Wed
Mar 28 2012 4:00pm
Pulp Violence for Today: The Spider by David Liss

Though now significantly less famous than his pistol-wielding competitor from Street and Smith Publications, the Spider – the “Master of Men” – once shared the pulp newsstands with the ominous and deadly character known as the Shadow.

Dynamite Entertainment is soon bringing the Shadow to life in four-color glory with new scripts by Preacher scribe Garth Ennis, but I’m more interested in the lesser-known kind-of-Shadow-knockoff character who went by the name of the Spider all those years ago. The subject of over a hundred pulp novels and a couple of movie serials, the Spider brandished a pair of deadly .45 automatics and unleashed his terrifying sense of justice on the weirder corners of the criminal underworld.

Sure, the Spider may have begun his fictional life in reaction to the popularity of Street and Smith’s lethal vigilante with the chillingly resonant voice, but I’ve always been fascinated by this rattier, more visceral, gun-toting antihero. Or perhaps I was just enamored of the odd Tim Truman comic book incarnation from the early 1990s, where the old timey pulp Spider was recast as a renegade based in a 1930s sci-fi version of what the 1990s might have been like. Kind of a Mad Max meets Steel Dawn concoction, with the underbelly of the cheap old sordid men’s adventure magazines. Who could have resisted that?

Now, just as they’ve done with the Shadow, Dynamite is launching a new version of the Spider, this time written by novelist and Marvel Comics scribe David Liss. Even though the first issue of The Spider doesn’t debut until May, I had a chance to read the script early, and it looks to be the strongest comic book work from Liss to date, and a compelling update of the nearly-forgotten character.

The story begins in “the very worst of real New York” according to the panel description, and though the opening scene plays out a bit like an Allstate Insurance commercial gone wrong, the brutally direct captions provide a distinctive narrative voice for the Spider and establishes that this comic book may feature characters in costume, but it’s no superhero tale.

With his grim narration and his weapons a-blazing, it’s easy to compare this modern-day version of the Spider to Marvel’s Punisher character, and Liss seems to embrace that obvious connection while undermining any comfort that such a comparison may give. That’s not to say that it’s ever comforting to think of homicidal antiheroes gunning down lowlife criminals, but the traditional Punisher narrative structure is a familiar one, echoed in approximately 75% of all action movies produced since 1982: tough guy (or gal) wants revenge, and everyone who gets in his (or her) way pays the price.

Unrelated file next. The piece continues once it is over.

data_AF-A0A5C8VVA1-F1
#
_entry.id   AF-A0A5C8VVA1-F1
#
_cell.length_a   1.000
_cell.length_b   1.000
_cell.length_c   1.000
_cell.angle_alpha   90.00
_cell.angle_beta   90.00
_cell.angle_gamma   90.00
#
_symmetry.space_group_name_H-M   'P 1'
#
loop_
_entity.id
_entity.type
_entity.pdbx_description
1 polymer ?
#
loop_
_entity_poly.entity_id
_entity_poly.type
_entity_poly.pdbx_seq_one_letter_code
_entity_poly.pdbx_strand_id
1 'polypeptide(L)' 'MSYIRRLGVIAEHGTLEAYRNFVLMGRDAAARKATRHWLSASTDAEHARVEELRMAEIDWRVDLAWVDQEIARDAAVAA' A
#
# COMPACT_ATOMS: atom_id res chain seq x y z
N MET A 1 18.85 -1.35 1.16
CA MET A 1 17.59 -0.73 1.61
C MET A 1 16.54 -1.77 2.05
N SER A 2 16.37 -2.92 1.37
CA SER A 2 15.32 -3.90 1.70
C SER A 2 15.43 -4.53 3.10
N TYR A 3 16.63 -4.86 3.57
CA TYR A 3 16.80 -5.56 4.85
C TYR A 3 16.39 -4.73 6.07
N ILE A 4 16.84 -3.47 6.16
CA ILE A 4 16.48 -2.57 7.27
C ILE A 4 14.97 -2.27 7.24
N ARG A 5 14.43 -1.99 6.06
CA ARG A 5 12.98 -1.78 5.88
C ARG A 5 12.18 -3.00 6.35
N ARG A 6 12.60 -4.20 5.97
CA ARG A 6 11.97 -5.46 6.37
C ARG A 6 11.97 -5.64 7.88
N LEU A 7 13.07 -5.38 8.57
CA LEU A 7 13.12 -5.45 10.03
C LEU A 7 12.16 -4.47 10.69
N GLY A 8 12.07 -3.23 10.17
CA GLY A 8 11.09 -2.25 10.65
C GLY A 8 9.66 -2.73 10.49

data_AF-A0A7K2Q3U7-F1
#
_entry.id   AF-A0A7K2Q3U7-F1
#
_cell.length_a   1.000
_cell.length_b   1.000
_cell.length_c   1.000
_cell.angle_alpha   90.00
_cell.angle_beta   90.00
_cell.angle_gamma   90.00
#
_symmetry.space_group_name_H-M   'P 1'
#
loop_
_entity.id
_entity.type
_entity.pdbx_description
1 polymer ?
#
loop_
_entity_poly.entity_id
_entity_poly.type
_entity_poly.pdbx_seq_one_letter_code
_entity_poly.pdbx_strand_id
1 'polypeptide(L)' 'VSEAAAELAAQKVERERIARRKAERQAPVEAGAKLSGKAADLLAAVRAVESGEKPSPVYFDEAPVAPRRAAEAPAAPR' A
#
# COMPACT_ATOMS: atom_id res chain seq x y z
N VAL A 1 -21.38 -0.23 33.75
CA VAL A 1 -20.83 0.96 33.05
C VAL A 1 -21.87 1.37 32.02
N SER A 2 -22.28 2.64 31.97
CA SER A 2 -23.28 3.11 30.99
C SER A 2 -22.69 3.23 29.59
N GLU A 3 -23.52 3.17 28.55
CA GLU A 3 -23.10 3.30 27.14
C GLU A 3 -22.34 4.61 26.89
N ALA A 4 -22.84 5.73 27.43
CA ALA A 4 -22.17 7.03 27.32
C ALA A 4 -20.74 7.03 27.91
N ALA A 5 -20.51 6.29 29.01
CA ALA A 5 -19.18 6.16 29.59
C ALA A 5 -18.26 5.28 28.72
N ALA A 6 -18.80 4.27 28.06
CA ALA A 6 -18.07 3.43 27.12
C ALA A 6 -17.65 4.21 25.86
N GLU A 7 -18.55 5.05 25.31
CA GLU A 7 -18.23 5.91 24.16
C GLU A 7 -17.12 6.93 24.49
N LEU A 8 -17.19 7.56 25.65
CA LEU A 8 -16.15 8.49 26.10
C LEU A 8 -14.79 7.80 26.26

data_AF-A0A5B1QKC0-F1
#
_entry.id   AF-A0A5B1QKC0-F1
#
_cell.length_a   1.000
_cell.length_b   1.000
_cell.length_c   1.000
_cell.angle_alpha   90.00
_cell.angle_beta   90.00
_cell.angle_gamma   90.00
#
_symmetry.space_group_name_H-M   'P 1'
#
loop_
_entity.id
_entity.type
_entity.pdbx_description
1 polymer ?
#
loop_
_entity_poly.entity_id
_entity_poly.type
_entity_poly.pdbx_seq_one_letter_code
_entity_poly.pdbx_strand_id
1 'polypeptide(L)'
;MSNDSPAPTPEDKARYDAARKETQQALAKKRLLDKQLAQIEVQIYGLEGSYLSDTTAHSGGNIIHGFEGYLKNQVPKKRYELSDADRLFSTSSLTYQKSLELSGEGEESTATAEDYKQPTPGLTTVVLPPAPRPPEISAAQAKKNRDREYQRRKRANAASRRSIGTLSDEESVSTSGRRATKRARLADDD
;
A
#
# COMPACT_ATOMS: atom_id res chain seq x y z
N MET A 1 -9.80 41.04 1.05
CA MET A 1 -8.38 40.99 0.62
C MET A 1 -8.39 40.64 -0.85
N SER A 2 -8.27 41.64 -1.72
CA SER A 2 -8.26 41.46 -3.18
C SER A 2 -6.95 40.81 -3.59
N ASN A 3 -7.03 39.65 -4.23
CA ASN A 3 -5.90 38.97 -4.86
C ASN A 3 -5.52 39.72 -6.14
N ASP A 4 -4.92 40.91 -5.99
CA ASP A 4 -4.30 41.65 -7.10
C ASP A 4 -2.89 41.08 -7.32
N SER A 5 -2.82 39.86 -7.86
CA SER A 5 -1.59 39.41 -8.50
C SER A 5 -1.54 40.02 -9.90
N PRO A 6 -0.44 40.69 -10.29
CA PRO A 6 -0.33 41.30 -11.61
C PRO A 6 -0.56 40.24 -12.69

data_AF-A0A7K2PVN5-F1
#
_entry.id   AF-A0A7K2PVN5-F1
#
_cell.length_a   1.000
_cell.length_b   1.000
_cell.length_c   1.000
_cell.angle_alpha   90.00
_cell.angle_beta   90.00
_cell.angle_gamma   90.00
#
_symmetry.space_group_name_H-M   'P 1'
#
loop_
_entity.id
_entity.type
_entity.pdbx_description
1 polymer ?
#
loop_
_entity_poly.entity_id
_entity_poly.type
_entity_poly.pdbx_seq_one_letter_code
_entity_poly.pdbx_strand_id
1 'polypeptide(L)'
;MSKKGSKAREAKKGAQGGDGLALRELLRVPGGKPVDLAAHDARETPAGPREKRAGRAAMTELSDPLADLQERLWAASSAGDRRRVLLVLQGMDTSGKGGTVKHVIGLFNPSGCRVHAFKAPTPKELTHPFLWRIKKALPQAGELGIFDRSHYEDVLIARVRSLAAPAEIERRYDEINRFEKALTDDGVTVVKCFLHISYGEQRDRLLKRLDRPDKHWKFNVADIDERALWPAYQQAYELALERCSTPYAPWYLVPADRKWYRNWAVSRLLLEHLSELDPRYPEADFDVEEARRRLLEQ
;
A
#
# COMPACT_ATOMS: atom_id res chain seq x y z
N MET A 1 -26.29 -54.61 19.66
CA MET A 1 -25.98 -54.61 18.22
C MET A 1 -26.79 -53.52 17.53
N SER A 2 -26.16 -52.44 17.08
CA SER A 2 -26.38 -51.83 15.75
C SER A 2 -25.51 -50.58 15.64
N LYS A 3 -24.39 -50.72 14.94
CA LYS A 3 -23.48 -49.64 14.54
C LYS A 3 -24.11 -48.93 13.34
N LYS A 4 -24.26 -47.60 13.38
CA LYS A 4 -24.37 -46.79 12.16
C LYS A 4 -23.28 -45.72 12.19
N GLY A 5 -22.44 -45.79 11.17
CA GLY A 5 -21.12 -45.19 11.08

Liss throws us into a story where the Spider is already well into his career, and it’s far less of a revenge tale than it is a bloodletting. It’s not personal, with the Spider, it’s a societal disease, and he’s deranged enough to think he’s the cure. Yet Liss taps back into the early pulp sensibilities to keep this violent murderer firmly in the center of the supposedly heroic action. The Spider may be updated for a modern audience in this series, but his unrestrained, unrepentant approach to cleaning up the city is a throwback to the days before the Hays Code of the cinema helped usher in a neutered age of genre storytelling, and long before the Comics Code Authority imposed its simplistic morality on what happened on and off panel.

No, this new Spider comic is amoral to the core. A narrative bullet right into the guts of the reader, with the creepy gaze of supernaturalism looking on.


Tim Callahan hasn’t seen much of the Colton Worley art for the interior of the comic, but he thinks that Francesco Francavilla variant cover for The Spider #1 looks just about perfect.

2 comments
cory jameson
1. cory jameson
"Yet Liss taps back into the early pulp sensibilities to keep this violent murderer firmly in the center of the supposedly heroic action. The Spider may be updated for a modern audience in this series, but his unrestrained, unrepentant approach to cleaning up the city is a throwback to the days before the Hays Code of the cinema helped usher in a neutered age of genre storytelling, and long before the Comics Code Authority imposed its simplistic morality on what happened on and off panel."

Thanks the gods. Censorship has ruined too many genre stories to count. I'll be checking out "THE SPIDER" by Liss.
cory jameson
2. Rick Deckard
Honestly I think film makers were aided by the hayes code. It kept scandels over hollywood to a minimum and really forced them to use their brains to get in all the stuff they wanted to get in and have if pass censors. Look at the dialog and tension in the scenes leading up to Rick and Ilsa's one night stand in casablanca and its all perfect and intersting and engaging. It treats you like you have a brain and you still know they had a tryst vs. today where it'd be a rated r sex scene without any nuance put in there for shock value or to draw the 18-40 demographic for the simple skin show.

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